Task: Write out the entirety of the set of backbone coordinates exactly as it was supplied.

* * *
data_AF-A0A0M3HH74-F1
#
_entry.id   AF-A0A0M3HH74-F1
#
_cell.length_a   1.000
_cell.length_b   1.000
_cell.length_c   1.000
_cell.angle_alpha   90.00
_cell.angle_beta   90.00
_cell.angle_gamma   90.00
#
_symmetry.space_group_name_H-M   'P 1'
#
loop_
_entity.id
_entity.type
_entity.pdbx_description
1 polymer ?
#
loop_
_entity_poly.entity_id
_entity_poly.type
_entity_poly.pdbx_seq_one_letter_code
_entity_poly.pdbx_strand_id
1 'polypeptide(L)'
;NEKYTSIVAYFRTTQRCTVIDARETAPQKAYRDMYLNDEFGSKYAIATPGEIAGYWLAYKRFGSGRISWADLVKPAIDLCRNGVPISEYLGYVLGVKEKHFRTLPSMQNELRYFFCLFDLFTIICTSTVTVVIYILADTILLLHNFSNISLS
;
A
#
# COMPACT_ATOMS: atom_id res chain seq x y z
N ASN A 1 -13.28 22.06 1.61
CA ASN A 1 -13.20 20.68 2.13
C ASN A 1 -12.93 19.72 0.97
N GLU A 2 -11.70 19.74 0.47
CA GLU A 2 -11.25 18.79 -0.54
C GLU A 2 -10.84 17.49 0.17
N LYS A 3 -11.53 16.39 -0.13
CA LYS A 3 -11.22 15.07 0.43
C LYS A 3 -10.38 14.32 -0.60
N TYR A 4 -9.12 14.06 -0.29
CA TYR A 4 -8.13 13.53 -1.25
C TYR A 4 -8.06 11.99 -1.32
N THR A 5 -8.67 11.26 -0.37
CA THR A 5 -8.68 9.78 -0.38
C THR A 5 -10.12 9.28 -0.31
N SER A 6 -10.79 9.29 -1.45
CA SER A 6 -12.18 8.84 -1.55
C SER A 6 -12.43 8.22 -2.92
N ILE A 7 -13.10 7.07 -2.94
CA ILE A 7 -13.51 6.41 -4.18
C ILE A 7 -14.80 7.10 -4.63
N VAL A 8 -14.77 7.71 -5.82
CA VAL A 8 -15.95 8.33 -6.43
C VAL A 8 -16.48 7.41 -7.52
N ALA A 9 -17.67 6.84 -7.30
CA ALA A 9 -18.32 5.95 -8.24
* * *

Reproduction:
data_AF-A0A0M3HH74-F1
#
_entry.id   AF-A0A0M3HH74-F1
#
_cell.length_a   1.000
_cell.length_b   1.000
_cell.length_c   1.000
_cell.angle_alpha   90.00
_cell.angle_beta   90.00
_cell.angle_gamma   90.00
#
_symmetry.space_group_name_H-M   'P 1'
#
loop_
_entity.id
_entity.type
_entity.pdbx_description
1 polymer ?
#
loop_
_entity_poly.entity_id
_entity_poly.type
_entity_poly.pdbx_seq_one_letter_code
_entity_poly.pdbx_strand_id
1 'polypeptide(L)'
;NEKYTSIVAYFRTTQRCTVIDARETAPQKAYRDMYLNDEFGSKYAIATPGEIAGYWLAYKRFGSGRISWADLVKPAIDLCRNGVPISEYLGYVLGVKEKHFRTLPSMQNELRYFFCLFDLFTIICTSTVTVVIYILADTILLLHNFSNISLS
;
A
#
# COMPACT_ATOMS: atom_id res chain seq x y z
N ASN A 1 -13.28 22.06 1.61
CA ASN A 1 -13.20 20.68 2.13
C ASN A 1 -12.93 19.72 0.97
N GLU A 2 -11.70 19.74 0.47
CA GLU A 2 -11.25 18.79 -0.54
C GLU A 2 -10.84 17.49 0.17
N LYS A 3 -11.53 16.39 -0.13
CA LYS A 3 -11.22 15.07 0.43
C LYS A 3 -10.38 14.32 -0.60
N TYR A 4 -9.12 14.06 -0.29
CA TYR A 4 -8.13 13.53 -1.25
C TYR A 4 -8.06 11.99 -1.32
N THR A 5 -8.67 11.26 -0.37
CA THR A 5 -8.68 9.78 -0.38
C THR A 5 -10.12 9.28 -0.31
N SER A 6 -10.79 9.29 -1.45
CA SER A 6 -12.18 8.84 -1.55
C SER A 6 -12.43 8.22 -2.92
N ILE A 7 -13.10 7.07 -2.94
CA ILE A 7 -13.51 6.41 -4.18
C ILE A 7 -14.80 7.10 -4.63
N VAL A 8 -14.77 7.71 -5.82
CA VAL A 8 -15.95 8.33 -6.43
C VAL A 8 -16.48 7.41 -7.52
N ALA A 9 -17.67 6.84 -7.30
CA ALA A 9 -18.32 5.95 -8.24